On the other side of the quadrants are the cheap and the not useful. While it seems harmless due to the same quantum, the accumulation of these products will add up. Examples of these are like a low quality shirt (you know you can feel it).
I once when to taobao to buy a pair of jeans. The jeans cost only $5 and I felt that it was “useful” for me. When it arrived, the cutting was terrible and there was this weird smell on it. After wearing it for one time, it went even more out of shape and my pocket had a hole in them. I threw it away and swear by Uniqlo now.
A very general rule for those in the not useful quadrant is to not buy it.
However, like all things in life, you can be flexible. If the part of Hermes Slippers is essential for your happiness (or for whatever reason logical or not), consider buying a second hand one. The second hand market is a big one. You probably will save lots just buying on a second hand market. The best part is that no one will ever know that you got it second handed! Hang on for another tip coming below.
Disclaimer: Useful or Not
One of the most common question my client ask me is “How do we know if this is useful?”
The fact remains that the usefulness of the item is subjective and highly dependent of oneself. For example, the gym membership is expensive and “useful” ONLY if you go to the gym and workout at the gym. Otherwise, it is not useful at all. To help you further if you are unsure if the product or services is useful or not, I have created this rule of thumb for you to consider.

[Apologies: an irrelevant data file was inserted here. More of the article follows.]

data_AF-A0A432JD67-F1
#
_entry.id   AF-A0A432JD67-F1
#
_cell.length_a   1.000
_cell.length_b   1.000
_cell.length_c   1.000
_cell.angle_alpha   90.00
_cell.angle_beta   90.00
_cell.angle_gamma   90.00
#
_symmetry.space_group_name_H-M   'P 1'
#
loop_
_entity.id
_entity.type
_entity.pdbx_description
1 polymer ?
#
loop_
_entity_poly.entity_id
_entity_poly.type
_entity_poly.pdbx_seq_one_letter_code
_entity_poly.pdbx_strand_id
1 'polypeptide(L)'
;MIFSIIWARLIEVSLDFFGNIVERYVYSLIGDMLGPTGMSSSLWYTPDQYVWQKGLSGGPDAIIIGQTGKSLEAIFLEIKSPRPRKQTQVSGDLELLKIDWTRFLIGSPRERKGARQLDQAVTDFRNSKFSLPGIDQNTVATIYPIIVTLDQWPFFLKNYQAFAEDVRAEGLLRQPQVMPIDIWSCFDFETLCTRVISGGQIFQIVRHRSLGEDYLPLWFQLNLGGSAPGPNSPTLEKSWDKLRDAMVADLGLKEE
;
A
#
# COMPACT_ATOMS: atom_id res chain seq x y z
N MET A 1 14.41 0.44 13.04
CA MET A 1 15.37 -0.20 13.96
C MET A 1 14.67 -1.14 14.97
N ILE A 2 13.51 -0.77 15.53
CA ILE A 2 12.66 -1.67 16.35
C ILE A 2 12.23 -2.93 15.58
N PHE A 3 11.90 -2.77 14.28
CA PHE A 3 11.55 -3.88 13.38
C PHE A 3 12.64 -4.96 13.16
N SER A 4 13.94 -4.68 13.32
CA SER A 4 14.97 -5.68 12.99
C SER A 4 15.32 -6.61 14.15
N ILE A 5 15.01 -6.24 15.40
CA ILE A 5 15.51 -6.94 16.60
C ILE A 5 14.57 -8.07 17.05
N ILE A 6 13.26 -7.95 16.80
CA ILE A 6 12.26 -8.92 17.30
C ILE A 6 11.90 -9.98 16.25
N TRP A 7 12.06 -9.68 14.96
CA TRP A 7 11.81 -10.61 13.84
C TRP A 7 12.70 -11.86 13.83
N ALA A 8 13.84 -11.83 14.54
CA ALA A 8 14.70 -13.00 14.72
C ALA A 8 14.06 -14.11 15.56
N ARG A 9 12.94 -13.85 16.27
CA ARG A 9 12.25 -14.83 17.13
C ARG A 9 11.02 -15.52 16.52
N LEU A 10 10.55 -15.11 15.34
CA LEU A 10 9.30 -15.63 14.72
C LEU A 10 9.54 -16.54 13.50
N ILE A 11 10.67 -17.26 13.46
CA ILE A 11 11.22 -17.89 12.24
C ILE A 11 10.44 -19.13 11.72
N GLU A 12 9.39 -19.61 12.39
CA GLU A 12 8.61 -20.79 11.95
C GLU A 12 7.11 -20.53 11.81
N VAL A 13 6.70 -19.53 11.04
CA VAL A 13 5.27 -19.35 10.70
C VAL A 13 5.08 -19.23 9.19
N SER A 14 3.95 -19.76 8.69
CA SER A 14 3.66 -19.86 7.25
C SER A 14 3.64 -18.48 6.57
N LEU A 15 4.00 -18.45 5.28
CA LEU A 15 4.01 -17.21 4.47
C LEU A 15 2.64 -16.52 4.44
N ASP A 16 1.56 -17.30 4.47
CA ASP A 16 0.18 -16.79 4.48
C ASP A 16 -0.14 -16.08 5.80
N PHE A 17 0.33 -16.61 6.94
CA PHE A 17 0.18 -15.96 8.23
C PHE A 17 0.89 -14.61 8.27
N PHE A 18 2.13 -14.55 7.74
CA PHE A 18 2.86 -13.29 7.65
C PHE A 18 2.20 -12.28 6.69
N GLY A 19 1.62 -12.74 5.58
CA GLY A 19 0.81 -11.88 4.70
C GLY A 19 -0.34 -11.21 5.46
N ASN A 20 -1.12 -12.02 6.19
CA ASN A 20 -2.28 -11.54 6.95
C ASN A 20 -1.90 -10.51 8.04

If you are NOT SURE that the item is useful, and it cost > 15% of your monthly income, then don’t buy it.
If you are KNOW that the item is NOT USEFUL BUT you know you will feel happy, and if it is > 5% of your monthly income, then don’t buy it. If you still want to buy it, consider a 2nd hand version.
Final Thoughts By Wealthdojo
Hopefully, this guide can help you make better decision in your next shopping session. Be it Cyber Monday, Single’s Day, Boxing Day, you will be prepared. Wishing the best in your financial journey.
Chengkok is a licensed Financial Services Consultant since 2012. He is an Investment and Critical Illness Specialist. Wealthdojo was created in 2019 to educate and debunk “free financial advice” that was given without context.
Feel Free To Reach Out To Share Your Thoughts.
The views and opinions expressed in this publication are those of the author and do not reflect the official policy or position of any other agency, organisation, employer or company. Assumptions made in the analysis are not reflective of the position of any entity other than the author.